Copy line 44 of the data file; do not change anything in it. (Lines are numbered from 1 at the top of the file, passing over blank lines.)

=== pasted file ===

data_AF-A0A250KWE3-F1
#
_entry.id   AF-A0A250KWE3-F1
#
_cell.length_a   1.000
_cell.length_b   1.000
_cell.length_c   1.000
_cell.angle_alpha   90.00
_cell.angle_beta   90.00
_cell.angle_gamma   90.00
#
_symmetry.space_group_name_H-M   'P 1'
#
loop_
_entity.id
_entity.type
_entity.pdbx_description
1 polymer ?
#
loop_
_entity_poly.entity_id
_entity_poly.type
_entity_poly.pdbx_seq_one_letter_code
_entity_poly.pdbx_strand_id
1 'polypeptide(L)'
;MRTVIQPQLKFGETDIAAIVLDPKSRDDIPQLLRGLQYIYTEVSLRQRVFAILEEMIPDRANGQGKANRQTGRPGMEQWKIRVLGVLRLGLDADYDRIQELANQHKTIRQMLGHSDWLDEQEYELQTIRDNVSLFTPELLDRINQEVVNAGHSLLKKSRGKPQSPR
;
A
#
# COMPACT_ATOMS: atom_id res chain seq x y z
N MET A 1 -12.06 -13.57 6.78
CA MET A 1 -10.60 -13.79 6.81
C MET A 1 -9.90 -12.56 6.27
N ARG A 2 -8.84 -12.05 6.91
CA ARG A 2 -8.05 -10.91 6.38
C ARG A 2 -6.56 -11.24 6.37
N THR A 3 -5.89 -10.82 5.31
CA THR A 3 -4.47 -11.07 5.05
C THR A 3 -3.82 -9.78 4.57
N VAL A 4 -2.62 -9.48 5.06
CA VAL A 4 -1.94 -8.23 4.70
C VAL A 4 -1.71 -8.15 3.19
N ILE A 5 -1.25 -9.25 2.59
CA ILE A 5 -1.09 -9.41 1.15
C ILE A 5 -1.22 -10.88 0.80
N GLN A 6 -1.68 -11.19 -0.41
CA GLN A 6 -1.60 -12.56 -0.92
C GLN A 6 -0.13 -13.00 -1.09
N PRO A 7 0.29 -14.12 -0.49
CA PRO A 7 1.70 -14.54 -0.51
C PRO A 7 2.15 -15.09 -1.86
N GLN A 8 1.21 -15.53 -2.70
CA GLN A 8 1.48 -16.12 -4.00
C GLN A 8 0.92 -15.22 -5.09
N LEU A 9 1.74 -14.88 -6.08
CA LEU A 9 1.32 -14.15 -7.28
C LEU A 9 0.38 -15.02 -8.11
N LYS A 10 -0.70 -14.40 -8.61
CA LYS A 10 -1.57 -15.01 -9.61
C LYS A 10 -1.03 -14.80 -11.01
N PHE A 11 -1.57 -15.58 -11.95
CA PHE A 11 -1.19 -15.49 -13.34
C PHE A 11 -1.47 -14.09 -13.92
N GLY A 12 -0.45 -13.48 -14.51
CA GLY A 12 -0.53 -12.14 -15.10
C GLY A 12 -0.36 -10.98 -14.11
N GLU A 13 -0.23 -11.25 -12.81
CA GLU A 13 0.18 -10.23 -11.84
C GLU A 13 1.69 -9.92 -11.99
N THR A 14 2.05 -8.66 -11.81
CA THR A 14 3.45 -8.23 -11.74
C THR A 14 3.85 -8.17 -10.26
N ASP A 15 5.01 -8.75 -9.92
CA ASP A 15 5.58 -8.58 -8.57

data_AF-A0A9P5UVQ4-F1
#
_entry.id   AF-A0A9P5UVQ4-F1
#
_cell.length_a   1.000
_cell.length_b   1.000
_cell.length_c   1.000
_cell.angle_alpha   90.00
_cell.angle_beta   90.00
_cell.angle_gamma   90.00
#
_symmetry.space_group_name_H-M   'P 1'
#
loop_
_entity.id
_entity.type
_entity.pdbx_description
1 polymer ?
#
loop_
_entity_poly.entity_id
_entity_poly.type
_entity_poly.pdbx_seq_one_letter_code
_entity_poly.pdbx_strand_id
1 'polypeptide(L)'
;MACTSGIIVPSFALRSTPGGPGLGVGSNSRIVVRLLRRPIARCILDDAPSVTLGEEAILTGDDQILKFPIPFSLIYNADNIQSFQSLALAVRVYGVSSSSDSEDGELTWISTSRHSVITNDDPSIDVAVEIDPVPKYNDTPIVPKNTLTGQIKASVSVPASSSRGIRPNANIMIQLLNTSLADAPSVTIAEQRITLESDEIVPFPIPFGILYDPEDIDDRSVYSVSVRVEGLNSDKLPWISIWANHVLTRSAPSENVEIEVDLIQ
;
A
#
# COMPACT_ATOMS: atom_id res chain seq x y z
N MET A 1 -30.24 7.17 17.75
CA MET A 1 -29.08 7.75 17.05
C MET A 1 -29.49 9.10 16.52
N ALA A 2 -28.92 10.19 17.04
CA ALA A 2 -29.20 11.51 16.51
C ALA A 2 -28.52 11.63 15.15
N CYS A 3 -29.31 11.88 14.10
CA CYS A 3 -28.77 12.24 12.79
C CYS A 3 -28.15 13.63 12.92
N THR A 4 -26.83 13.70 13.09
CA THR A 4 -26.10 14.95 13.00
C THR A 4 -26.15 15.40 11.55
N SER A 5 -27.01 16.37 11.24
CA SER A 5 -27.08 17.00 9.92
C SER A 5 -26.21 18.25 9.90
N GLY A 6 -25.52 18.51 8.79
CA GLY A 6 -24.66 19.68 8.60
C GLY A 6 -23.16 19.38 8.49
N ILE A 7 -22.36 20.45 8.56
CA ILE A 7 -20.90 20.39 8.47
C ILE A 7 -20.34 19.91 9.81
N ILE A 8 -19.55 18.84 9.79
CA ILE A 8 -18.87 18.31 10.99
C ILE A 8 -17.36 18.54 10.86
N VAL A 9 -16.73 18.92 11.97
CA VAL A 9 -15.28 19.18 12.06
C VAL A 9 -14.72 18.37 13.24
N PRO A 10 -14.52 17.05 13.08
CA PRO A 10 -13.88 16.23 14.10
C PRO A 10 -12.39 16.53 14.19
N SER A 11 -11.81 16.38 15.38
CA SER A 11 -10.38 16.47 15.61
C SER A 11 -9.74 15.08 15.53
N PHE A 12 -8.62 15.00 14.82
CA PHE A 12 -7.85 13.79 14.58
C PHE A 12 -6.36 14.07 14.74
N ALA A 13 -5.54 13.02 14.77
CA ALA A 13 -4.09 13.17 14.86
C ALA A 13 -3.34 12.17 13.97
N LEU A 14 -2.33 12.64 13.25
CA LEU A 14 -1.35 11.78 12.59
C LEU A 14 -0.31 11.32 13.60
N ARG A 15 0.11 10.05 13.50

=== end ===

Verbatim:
CA ILE A 5 -1.09 -9.41 1.15